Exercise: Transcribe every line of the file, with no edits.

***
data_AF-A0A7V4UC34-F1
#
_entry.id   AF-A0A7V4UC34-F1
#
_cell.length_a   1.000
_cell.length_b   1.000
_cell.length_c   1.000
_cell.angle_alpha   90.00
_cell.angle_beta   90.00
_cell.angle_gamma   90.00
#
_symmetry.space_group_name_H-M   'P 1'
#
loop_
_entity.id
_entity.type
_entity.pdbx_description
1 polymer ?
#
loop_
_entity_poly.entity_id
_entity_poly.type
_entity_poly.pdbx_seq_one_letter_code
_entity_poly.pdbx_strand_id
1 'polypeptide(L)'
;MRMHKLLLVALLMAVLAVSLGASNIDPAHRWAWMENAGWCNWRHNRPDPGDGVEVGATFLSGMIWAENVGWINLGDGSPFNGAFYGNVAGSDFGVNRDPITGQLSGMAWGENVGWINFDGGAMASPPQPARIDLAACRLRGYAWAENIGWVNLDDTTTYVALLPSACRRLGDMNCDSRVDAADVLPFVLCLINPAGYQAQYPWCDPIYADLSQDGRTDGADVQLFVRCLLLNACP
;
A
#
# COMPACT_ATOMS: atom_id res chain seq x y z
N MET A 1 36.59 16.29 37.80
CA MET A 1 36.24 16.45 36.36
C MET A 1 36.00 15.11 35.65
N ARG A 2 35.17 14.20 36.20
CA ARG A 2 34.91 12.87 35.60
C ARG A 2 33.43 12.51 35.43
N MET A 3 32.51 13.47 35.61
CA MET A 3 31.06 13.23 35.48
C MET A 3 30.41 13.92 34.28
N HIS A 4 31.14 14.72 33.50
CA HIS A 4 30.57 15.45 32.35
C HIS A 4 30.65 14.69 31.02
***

data_AF-A0A7V4UC34-F1
#
_entry.id   AF-A0A7V4UC34-F1
#
_cell.length_a   1.000
_cell.length_b   1.000
_cell.length_c   1.000
_cell.angle_alpha   90.00
_cell.angle_beta   90.00
_cell.angle_gamma   90.00
#
_symmetry.space_group_name_H-M   'P 1'
#
loop_
_entity.id
_entity.type
_entity.pdbx_description
1 polymer ?
#
loop_
_entity_poly.entity_id
_entity_poly.type
_entity_poly.pdbx_seq_one_letter_code
_entity_poly.pdbx_strand_id
1 'polypeptide(L)'
;MRMHKLLLVALLMAVLAVSLGASNIDPAHRWAWMENAGWCNWRHNRPDPGDGVEVGATFLSGMIWAENVGWINLGDGSPFNGAFYGNVAGSDFGVNRDPITGQLSGMAWGENVGWINFDGGAMASPPQPARIDLAACRLRGYAWAENIGWVNLDDTTTYVALLPSACRRLGDMNCDSRVDAADVLPFVLCLINPAGYQAQYPWCDPIYADLSQDGRTDGADVQLFVRCLLLNACP
;
A
#
# COMPACT_ATOMS: atom_id res chain seq x y z
N MET A 1 36.59 16.29 37.80
CA MET A 1 36.24 16.45 36.36
C MET A 1 36.00 15.11 35.65
N ARG A 2 35.17 14.20 36.20
CA ARG A 2 34.91 12.87 35.60
C ARG A 2 33.43 12.51 35.43
N MET A 3 32.51 13.47 35.61
CA MET A 3 31.06 13.23 35.48
C MET A 3 30.41 13.92 34.28
N HIS A 4 31.14 14.72 33.50
CA HIS A 4 30.57 15.45 32.35
C HIS A 4 30.65 14.69 31.02